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Google Earth has transformed into a travel app with a bird’s-eye view

(Google Earth)
Virtual travel experience.
By Selina Cheng
Published Last updated This article is more than 2 years old.

Google wants you to use Google Maps to find the way to your destination. Google Earth, which shows satellite views of the globe, is for those with the itch to explore the world.

Unveiled April 19, the new Google Earth functions like a beautiful magazine to flip through. Available on Chrome browser and Android, new functions include “voyager,” represented by an icon of a helm, which offers a five-page magazine of places that Google thinks you should explore, each with a short, curated story like “remote islands” or “national parks of North America.” Search for any place you want, and a deck of “knowledge cards” will pull up with a short paragraph about the place, next to the location pin.

(Google Earth)

Photos and text on the new Google Earth are curated in partnership with organizations including The Jane Goodall Institute, BBC Earth, and NASA Earth Observatory. Much of the content emphasizes conservation.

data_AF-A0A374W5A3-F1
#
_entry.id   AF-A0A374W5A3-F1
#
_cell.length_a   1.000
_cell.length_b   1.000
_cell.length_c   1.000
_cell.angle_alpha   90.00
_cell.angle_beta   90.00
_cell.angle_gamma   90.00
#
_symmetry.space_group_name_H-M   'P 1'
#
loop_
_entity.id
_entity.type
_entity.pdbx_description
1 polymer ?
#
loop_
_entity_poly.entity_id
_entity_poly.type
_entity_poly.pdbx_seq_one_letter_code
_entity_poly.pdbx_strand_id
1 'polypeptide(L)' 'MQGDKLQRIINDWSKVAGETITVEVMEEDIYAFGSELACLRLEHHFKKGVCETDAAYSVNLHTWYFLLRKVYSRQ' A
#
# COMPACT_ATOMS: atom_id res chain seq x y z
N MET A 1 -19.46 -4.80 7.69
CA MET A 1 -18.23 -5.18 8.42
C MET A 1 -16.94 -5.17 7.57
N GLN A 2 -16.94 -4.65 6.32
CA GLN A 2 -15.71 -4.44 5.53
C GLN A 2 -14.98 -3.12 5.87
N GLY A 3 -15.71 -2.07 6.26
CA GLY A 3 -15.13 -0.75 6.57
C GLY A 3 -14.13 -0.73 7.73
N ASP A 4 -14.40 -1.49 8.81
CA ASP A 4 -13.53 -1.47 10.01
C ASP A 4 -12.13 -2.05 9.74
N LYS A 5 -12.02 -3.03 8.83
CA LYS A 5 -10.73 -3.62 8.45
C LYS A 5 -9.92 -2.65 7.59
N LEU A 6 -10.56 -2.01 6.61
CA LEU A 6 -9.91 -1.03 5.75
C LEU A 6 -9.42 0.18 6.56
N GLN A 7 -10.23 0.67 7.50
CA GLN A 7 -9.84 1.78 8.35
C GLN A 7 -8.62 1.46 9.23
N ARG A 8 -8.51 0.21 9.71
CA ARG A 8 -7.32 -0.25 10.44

For example, “What Is Missing?”  is an interactive story played out with a deck of cards containing a brief history of species’s declining population, linked to relevant locations. One of the cards shows a limestone cliff in southern France. Behind it is a cave painting, where the earliest depiction of lions was found. Further down in the deck you can browse 360 underwater photographs of dive sites in Indonesia that are home to 76% of the world’s coral species. Unfortunately, underwater street view has not been developed, so you can’t virtually walk on the ocean floor.

(Google Earth)

Other perks include a function to send a satellite-snapshot postcard to friends, and an “I’m feeling lucky” function that will bring you to a random location by rolling a dice.

Google Earth is also available in VR. With the likes of Facebook Oculus or HTC Vive headsets, you can fly over anywhere on Earth and pull up close to check out 3D renderings of architecture and geography—or even drag the sun to view a place at different times of the day.

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